The merchandise subject to this order is currently classifiable in the HTSUS at subheadings 5503.20.00.45 and 5503.20.00.65. Although the HTSUS subheadings are provided for convenience and customs purposes, the written description of the merchandise subject to the order is dispositive.
To determine whether FET's sales of PSF to the United States were made at less than normal value, we compared export price to normal value as described in the “Export Price” and “Normal Value” sections of this notice.
Pursuant to section 777A(d)(2) of the Tariff Act of 1930, as amended (the Act), we compared the export price of individual U.S. transactions to the monthly weighted-average normal value of the foreign like product where there were sales made in the ordinary course of trade, as discussed in the “Cost of Production” section below.
We compared U.S. sales to monthly weighted-average prices of contemporaneous sales made in the home market. We found contemporaneous sales of identical merchandise in the home market for all U.S. sales in accordance with section 771(16) of the Act.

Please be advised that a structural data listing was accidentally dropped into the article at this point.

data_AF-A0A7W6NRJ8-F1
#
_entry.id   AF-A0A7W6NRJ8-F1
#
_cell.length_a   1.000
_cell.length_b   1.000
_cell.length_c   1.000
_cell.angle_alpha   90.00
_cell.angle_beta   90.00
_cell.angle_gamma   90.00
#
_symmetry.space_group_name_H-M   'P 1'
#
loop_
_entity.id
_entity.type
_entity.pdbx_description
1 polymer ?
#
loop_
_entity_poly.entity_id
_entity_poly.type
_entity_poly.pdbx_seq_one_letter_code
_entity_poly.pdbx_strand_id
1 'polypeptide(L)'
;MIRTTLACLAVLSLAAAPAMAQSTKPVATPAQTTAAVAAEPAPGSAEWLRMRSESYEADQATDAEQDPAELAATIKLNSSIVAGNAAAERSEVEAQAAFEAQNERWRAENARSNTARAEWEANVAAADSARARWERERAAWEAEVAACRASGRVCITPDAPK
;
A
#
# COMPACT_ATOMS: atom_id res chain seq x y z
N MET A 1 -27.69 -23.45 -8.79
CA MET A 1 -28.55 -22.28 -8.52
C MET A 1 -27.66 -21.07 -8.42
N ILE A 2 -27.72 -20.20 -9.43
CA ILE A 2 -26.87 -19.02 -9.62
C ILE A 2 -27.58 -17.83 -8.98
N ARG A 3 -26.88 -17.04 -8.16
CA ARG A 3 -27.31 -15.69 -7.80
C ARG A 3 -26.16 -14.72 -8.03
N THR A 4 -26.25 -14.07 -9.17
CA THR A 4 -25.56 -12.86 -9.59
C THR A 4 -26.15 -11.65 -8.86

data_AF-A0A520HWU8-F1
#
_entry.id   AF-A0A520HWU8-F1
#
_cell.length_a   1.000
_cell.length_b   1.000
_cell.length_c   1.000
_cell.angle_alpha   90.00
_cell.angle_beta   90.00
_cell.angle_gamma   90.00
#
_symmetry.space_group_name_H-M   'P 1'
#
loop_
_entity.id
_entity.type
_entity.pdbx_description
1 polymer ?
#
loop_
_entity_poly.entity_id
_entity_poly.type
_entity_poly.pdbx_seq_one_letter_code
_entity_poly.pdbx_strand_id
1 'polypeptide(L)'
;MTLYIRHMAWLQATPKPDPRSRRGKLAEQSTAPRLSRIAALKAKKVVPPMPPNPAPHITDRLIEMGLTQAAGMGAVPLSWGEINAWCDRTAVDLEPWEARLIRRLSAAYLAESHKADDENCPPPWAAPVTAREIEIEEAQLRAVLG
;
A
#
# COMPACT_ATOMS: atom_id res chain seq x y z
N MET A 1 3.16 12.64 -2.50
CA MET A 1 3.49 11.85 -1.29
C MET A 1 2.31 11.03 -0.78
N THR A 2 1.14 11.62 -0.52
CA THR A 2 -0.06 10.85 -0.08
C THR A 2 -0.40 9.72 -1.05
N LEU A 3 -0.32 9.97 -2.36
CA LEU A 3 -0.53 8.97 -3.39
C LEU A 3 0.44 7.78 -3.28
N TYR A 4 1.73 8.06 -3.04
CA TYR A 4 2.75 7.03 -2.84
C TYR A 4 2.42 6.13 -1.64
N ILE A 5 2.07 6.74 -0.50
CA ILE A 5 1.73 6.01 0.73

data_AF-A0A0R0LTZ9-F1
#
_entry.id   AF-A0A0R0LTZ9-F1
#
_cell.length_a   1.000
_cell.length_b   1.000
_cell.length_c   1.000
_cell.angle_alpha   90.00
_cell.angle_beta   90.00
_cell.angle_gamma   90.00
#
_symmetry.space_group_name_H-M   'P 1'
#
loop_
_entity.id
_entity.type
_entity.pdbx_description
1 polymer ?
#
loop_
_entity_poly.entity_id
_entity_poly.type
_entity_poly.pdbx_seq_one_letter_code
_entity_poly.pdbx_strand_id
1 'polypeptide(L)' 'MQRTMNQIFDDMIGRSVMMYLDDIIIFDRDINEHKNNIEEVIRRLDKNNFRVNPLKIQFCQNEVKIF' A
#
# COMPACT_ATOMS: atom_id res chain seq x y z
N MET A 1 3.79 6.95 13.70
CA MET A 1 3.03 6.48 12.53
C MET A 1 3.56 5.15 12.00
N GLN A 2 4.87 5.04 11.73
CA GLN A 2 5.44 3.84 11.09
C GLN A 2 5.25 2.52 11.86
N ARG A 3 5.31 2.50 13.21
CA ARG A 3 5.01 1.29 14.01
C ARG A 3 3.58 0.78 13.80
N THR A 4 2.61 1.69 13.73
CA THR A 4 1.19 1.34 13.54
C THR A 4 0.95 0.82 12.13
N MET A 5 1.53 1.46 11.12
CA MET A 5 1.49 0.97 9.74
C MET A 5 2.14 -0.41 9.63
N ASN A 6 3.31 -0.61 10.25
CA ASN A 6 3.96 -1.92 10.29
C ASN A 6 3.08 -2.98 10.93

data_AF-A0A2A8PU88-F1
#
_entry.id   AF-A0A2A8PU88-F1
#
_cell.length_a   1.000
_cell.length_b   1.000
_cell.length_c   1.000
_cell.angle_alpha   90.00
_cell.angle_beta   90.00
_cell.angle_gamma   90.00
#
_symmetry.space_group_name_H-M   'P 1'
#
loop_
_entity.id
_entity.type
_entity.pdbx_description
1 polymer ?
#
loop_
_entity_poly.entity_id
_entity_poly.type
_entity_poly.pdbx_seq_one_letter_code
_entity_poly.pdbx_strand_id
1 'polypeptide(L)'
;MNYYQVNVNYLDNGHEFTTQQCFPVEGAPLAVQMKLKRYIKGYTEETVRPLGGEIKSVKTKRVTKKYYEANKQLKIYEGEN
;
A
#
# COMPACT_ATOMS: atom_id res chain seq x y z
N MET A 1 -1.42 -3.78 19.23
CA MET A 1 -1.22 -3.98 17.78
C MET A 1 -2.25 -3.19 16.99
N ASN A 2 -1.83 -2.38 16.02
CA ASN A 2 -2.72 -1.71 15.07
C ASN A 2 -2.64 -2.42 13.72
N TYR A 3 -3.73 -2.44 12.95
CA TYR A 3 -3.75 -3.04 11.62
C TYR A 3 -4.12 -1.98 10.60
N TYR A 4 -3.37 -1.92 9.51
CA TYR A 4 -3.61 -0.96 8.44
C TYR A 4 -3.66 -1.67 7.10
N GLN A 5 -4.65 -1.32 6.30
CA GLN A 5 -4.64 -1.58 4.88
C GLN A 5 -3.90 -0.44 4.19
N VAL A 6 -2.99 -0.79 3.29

Date of Sale
Section 351.401(i) of the Department's regulations states that the Department normally will use the date of invoice, as recorded in the producer's or exporter's Start Printed Page 5965records kept in the ordinary course of business, as the date of sale. The regulation provides further that the Department may use a date other than the date of the invoice if the Secretary is satisfied that a different date better reflects the date on which the material terms of sale are established. The Department has a long-standing practice of finding that, where shipment date precedes invoice date, shipment date better reflects the date on which the material terms of sale are established. See Notice of Final Determination of Sales at Less Than Fair Value and Negative Final Determination of Critical Circumstances: Certain Frozen and Canned Warmwater Shrimp From Thailand, 69 FR 76918 (December 23, 2004), and accompanying Issues and Decision Memorandum at Comment 10; see also Notice of Final Determination of Sales at Less Than Fair Value: Structural Steel Beams From Germany, 67 FR 35497 (May 20, 2002), and accompanying Issues and Decision Memorandum at Comment 2.
With respect to FET's U.S. market sales, shipment date occurs on or before the date of invoice. The date of invoice is the date on which the Government Uniform Invoice is issued. Further, based on record evidence, all material terms of sale are established at the time of shipment and do not change in the subsequent time prior to the issuance of the invoice. Therefore, we used the date of shipment as the date of sale in accordance with our practice.